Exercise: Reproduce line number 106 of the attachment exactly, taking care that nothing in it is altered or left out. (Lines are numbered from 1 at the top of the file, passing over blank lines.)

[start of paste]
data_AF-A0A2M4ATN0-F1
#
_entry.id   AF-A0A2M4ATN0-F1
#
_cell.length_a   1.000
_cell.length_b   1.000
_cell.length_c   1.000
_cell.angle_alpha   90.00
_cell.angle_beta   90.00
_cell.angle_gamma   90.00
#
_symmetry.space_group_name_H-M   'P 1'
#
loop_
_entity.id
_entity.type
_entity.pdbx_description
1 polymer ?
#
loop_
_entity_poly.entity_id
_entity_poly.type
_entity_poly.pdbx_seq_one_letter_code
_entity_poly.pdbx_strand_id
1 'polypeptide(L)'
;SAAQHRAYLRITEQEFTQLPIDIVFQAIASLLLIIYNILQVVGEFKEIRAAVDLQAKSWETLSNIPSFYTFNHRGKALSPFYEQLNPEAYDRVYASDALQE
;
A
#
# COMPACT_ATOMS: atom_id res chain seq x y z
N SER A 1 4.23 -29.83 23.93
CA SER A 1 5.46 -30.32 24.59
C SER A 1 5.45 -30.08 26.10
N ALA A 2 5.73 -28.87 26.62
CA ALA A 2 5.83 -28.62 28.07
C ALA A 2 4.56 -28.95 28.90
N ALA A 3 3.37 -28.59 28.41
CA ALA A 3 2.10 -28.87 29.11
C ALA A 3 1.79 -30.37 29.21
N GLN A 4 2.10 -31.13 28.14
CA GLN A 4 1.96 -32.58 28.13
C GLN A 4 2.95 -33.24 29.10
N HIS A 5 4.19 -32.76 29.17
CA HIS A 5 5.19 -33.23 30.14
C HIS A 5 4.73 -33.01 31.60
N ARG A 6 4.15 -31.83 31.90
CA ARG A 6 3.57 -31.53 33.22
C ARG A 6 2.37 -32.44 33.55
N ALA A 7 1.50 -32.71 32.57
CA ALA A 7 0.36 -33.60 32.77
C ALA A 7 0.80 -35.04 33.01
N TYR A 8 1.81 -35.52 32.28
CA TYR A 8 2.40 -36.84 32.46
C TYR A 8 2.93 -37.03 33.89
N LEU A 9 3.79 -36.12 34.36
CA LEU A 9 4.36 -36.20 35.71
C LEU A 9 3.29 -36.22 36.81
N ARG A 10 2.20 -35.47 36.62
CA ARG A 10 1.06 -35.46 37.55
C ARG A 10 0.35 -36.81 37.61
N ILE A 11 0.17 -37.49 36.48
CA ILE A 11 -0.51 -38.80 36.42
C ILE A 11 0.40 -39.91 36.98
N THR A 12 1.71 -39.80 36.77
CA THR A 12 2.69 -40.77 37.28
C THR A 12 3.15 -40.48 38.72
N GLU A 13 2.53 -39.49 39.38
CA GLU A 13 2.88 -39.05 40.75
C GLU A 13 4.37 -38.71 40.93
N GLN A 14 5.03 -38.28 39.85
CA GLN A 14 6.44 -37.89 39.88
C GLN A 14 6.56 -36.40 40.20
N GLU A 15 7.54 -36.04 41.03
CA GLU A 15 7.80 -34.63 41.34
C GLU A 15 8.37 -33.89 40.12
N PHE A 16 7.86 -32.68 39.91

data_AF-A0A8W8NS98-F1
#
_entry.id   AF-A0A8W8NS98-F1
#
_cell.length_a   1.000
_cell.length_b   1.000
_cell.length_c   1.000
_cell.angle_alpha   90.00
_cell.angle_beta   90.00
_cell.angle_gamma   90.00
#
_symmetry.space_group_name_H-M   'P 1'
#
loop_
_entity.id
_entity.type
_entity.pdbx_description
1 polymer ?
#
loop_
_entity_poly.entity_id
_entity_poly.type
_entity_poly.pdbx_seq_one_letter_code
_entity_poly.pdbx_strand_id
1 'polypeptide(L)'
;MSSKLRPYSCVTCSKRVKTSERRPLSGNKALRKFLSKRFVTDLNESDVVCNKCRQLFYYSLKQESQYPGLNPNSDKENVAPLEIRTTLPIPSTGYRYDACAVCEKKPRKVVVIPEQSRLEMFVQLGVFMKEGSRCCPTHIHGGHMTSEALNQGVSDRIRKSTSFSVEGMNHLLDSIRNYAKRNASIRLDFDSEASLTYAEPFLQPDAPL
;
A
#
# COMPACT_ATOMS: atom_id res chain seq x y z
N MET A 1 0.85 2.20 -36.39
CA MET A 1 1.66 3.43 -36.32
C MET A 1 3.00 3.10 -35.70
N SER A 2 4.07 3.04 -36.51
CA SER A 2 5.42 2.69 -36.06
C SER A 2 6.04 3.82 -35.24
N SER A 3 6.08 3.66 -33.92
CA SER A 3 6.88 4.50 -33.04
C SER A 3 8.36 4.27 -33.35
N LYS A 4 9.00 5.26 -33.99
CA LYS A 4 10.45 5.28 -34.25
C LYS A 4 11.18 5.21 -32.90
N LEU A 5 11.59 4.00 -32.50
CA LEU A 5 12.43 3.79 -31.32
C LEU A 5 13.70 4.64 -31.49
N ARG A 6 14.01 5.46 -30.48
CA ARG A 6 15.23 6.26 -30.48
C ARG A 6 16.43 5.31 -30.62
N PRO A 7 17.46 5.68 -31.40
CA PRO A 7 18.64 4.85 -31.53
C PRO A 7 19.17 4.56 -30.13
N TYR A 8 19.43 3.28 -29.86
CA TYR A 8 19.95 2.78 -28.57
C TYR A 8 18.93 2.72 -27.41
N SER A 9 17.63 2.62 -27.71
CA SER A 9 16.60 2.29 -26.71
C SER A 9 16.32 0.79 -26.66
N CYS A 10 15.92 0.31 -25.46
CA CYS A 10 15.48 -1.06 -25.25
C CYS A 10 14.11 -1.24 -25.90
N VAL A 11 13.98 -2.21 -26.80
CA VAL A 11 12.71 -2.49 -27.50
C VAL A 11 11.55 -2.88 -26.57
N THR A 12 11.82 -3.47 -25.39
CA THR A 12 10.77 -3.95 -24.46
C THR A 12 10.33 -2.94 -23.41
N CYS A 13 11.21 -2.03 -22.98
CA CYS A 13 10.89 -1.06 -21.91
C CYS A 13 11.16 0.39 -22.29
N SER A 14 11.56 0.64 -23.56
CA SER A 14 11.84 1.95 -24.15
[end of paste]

# COMPACT_ATOMS: atom_id res chain seq x y z